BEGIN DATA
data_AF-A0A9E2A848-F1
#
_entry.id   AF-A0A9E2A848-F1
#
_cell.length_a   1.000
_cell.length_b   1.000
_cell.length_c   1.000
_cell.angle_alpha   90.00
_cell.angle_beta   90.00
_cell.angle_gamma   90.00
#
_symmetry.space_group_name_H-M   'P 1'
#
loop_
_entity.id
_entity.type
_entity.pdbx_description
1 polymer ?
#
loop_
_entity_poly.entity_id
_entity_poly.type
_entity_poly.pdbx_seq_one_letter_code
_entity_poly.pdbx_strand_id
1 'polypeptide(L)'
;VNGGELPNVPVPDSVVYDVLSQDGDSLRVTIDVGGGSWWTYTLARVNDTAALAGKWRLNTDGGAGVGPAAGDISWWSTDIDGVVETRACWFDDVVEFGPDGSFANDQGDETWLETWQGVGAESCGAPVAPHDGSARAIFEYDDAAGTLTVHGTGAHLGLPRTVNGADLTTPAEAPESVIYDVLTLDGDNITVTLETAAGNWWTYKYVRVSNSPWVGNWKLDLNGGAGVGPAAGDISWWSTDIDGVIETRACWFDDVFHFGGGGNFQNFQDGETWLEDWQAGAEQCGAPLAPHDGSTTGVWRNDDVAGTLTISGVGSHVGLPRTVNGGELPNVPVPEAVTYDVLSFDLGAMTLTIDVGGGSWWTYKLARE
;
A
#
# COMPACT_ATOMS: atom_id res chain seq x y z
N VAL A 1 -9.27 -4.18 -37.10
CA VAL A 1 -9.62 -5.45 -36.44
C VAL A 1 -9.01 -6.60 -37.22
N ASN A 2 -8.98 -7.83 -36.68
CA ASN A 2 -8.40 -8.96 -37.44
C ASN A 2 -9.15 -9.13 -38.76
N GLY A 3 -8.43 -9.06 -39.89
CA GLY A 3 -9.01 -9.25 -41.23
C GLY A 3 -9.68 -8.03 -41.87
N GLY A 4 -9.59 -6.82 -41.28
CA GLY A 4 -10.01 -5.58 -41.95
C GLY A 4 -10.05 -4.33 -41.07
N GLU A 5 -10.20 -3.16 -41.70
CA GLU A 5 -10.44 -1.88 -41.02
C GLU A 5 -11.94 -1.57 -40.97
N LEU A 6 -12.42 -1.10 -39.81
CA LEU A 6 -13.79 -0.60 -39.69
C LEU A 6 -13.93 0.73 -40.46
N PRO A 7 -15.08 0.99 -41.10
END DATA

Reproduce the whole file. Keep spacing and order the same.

data_AF-A0A9E2A848-F1
#
_entry.id   AF-A0A9E2A848-F1
#
_cell.length_a   1.000
_cell.length_b   1.000
_cell.length_c   1.000
_cell.angle_alpha   90.00
_cell.angle_beta   90.00
_cell.angle_gamma   90.00
#
_symmetry.space_group_name_H-M   'P 1'
#
loop_
_entity.id
_entity.type
_entity.pdbx_description
1 polymer ?
#
loop_
_entity_poly.entity_id
_entity_poly.type
_entity_poly.pdbx_seq_one_letter_code
_entity_poly.pdbx_strand_id
1 'polypeptide(L)'
;VNGGELPNVPVPDSVVYDVLSQDGDSLRVTIDVGGGSWWTYTLARVNDTAALAGKWRLNTDGGAGVGPAAGDISWWSTDIDGVVETRACWFDDVVEFGPDGSFANDQGDETWLETWQGVGAESCGAPVAPHDGSARAIFEYDDAAGTLTVHGTGAHLGLPRTVNGADLTTPAEAPESVIYDVLTLDGDNITVTLETAAGNWWTYKYVRVSNSPWVGNWKLDLNGGAGVGPAAGDISWWSTDIDGVIETRACWFDDVFHFGGGGNFQNFQDGETWLEDWQAGAEQCGAPLAPHDGSTTGVWRNDDVAGTLTISGVGSHVGLPRTVNGGELPNVPVPEAVTYDVLSFDLGAMTLTIDVGGGSWWTYKLARE
;
A
#
# COMPACT_ATOMS: atom_id res chain seq x y z
N VAL A 1 -9.27 -4.18 -37.10
CA VAL A 1 -9.62 -5.45 -36.44
C VAL A 1 -9.01 -6.60 -37.22
N ASN A 2 -8.98 -7.83 -36.68
CA ASN A 2 -8.40 -8.96 -37.44
C ASN A 2 -9.15 -9.13 -38.76
N GLY A 3 -8.43 -9.06 -39.89
CA GLY A 3 -9.01 -9.25 -41.23
C GLY A 3 -9.68 -8.03 -41.87
N GLY A 4 -9.59 -6.82 -41.28
CA GLY A 4 -10.01 -5.58 -41.95
C GLY A 4 -10.05 -4.33 -41.07
N GLU A 5 -10.20 -3.16 -41.70
CA GLU A 5 -10.44 -1.88 -41.02
C GLU A 5 -11.94 -1.57 -40.97
N LEU A 6 -12.42 -1.10 -39.81
CA LEU A 6 -13.79 -0.60 -39.69
C LEU A 6 -13.93 0.73 -40.46
N PRO A 7 -15.08 0.99 -41.10